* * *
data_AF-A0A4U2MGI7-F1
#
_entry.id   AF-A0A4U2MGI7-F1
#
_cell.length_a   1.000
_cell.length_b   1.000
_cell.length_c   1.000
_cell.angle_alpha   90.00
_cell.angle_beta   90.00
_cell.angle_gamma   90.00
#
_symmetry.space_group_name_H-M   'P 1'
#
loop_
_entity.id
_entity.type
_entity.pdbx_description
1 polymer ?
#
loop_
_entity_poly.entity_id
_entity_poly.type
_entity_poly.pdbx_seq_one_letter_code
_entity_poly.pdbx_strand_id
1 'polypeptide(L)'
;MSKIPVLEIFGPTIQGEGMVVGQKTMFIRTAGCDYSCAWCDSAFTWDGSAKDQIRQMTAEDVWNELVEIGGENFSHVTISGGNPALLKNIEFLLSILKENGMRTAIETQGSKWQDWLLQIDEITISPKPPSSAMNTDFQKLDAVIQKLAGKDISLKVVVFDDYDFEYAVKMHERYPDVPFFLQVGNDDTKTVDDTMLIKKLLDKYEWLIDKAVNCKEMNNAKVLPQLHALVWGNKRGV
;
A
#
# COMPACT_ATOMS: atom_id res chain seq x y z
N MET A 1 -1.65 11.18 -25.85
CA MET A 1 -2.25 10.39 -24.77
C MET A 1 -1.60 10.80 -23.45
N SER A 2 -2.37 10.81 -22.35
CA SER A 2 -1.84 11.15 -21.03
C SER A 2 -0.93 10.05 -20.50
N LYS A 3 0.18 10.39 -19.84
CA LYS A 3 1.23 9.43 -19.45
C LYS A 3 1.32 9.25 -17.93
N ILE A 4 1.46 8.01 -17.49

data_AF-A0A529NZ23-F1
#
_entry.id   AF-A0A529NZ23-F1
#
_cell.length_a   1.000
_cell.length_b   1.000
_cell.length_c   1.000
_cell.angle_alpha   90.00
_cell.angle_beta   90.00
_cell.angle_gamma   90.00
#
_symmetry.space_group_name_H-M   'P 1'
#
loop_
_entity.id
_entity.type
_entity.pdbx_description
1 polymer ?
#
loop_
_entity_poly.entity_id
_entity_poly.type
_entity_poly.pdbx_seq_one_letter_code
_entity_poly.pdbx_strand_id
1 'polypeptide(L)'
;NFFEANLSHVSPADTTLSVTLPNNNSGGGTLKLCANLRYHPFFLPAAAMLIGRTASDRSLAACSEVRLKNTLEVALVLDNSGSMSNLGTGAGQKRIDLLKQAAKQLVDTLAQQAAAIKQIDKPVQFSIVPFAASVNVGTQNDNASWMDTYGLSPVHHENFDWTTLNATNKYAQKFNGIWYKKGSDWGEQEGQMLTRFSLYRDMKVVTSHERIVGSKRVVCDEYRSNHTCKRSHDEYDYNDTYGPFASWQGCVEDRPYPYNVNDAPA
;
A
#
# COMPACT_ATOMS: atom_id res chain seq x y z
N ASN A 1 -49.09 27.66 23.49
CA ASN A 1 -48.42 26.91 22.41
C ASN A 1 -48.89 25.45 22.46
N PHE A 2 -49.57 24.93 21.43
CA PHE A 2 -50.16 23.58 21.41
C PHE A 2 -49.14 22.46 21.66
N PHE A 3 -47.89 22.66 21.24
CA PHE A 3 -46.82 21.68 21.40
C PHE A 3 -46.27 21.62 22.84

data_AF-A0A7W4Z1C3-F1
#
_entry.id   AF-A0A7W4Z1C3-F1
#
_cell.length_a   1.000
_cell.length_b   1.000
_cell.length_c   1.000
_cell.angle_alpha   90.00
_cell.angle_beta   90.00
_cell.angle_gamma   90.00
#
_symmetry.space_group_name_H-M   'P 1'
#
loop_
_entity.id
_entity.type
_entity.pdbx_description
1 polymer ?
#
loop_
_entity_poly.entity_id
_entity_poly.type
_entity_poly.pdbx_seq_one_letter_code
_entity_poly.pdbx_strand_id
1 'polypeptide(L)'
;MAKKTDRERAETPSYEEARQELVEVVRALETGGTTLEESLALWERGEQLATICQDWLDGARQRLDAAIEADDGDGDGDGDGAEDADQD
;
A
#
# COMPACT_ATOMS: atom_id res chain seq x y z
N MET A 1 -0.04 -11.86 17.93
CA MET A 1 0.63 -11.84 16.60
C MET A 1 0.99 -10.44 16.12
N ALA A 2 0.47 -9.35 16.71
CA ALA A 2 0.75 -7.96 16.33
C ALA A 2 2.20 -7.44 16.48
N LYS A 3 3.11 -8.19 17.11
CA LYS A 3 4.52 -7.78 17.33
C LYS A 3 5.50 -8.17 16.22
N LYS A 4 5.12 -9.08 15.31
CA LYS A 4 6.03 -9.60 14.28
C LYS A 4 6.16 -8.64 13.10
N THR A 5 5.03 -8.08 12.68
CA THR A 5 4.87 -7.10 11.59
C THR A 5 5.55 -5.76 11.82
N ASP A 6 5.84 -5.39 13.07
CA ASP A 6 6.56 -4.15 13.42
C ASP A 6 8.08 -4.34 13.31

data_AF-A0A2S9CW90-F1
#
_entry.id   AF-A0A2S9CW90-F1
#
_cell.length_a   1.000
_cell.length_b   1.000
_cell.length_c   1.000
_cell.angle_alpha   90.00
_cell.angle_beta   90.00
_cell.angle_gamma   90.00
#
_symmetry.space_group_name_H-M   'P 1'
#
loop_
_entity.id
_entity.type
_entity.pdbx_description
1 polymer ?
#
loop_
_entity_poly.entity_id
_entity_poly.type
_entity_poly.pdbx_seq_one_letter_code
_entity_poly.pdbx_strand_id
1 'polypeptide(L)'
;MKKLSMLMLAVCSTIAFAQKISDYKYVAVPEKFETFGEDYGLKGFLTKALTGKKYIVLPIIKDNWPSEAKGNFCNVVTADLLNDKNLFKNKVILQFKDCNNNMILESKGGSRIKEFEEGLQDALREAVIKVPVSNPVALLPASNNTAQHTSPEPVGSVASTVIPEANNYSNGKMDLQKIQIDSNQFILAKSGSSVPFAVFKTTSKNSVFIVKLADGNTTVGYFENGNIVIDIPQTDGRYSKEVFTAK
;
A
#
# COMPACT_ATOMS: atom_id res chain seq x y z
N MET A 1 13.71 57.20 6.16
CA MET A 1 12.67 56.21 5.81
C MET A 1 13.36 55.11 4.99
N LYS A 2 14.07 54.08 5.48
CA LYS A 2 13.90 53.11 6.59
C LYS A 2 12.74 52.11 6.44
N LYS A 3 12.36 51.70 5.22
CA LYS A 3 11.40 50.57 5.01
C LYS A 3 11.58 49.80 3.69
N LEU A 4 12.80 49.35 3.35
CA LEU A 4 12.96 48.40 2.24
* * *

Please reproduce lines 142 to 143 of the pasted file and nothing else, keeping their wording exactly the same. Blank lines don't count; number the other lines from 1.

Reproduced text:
_entity.id
_entity.type